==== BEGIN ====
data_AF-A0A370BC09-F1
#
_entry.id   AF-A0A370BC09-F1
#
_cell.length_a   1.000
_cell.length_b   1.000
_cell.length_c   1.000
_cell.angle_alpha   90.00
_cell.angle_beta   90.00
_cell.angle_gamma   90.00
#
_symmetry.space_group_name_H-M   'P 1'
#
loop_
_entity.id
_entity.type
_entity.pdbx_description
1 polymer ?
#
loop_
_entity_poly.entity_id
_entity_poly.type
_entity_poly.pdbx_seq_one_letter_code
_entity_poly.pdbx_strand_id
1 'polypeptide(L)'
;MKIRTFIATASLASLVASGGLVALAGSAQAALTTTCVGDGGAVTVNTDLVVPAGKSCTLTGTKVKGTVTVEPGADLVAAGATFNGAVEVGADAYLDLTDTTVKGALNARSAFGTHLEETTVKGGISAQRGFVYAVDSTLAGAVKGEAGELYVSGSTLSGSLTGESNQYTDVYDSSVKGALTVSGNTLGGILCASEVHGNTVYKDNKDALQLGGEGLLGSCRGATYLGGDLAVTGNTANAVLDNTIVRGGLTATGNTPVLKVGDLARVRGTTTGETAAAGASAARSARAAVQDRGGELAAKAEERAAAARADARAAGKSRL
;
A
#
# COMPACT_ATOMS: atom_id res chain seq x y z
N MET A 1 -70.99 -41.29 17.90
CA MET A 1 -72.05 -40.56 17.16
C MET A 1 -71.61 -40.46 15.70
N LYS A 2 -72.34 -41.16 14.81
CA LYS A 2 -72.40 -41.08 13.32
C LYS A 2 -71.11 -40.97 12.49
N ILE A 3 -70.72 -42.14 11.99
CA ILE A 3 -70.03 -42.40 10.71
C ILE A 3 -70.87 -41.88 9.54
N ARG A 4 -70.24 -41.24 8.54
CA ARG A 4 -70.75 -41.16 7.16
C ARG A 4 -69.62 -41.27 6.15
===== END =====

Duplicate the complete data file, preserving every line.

data_AF-A0A370BC09-F1
#
_entry.id   AF-A0A370BC09-F1
#
_cell.length_a   1.000
_cell.length_b   1.000
_cell.length_c   1.000
_cell.angle_alpha   90.00
_cell.angle_beta   90.00
_cell.angle_gamma   90.00
#
_symmetry.space_group_name_H-M   'P 1'
#
loop_
_entity.id
_entity.type
_entity.pdbx_description
1 polymer ?
#
loop_
_entity_poly.entity_id
_entity_poly.type
_entity_poly.pdbx_seq_one_letter_code
_entity_poly.pdbx_strand_id
1 'polypeptide(L)'
;MKIRTFIATASLASLVASGGLVALAGSAQAALTTTCVGDGGAVTVNTDLVVPAGKSCTLTGTKVKGTVTVEPGADLVAAGATFNGAVEVGADAYLDLTDTTVKGALNARSAFGTHLEETTVKGGISAQRGFVYAVDSTLAGAVKGEAGELYVSGSTLSGSLTGESNQYTDVYDSSVKGALTVSGNTLGGILCASEVHGNTVYKDNKDALQLGGEGLLGSCRGATYLGGDLAVTGNTANAVLDNTIVRGGLTATGNTPVLKVGDLARVRGTTTGETAAAGASAARSARAAVQDRGGELAAKAEERAAAARADARAAGKSRL
;
A
#
# COMPACT_ATOMS: atom_id res chain seq x y z
N MET A 1 -70.99 -41.29 17.90
CA MET A 1 -72.05 -40.56 17.16
C MET A 1 -71.61 -40.46 15.70
N LYS A 2 -72.34 -41.16 14.81
CA LYS A 2 -72.40 -41.08 13.32
C LYS A 2 -71.11 -40.97 12.49
N ILE A 3 -70.72 -42.14 11.99
CA ILE A 3 -70.03 -42.40 10.71
C ILE A 3 -70.87 -41.88 9.54
N ARG A 4 -70.24 -41.24 8.54
CA ARG A 4 -70.75 -41.16 7.16
C ARG A 4 -69.62 -41.27 6.15